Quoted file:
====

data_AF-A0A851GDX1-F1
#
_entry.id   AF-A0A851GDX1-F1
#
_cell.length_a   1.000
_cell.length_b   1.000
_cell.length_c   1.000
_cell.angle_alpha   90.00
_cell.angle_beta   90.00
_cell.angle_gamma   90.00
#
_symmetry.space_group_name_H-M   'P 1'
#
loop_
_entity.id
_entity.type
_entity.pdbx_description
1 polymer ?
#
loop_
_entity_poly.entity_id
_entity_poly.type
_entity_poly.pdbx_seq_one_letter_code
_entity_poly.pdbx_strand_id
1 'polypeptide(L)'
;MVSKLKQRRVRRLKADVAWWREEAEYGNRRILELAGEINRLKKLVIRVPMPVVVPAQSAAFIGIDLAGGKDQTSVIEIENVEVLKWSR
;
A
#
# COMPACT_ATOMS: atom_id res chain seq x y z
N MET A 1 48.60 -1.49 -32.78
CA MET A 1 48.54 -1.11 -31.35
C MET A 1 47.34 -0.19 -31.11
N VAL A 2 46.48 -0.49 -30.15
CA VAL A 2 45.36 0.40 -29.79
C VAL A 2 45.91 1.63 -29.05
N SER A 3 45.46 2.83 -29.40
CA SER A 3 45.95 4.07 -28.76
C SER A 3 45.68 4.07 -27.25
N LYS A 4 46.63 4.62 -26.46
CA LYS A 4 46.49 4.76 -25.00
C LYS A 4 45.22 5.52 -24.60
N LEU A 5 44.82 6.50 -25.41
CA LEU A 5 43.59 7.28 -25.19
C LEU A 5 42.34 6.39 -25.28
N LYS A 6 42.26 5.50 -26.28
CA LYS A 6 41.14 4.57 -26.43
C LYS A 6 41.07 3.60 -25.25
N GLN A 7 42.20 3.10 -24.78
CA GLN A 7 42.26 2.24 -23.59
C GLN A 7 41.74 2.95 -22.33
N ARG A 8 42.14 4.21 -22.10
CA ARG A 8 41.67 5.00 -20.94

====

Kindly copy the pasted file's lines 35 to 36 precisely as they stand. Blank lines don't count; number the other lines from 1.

CA VAL A 2 45.36 0.40 -29.79
C VAL A 2 45.91 1.63 -29.05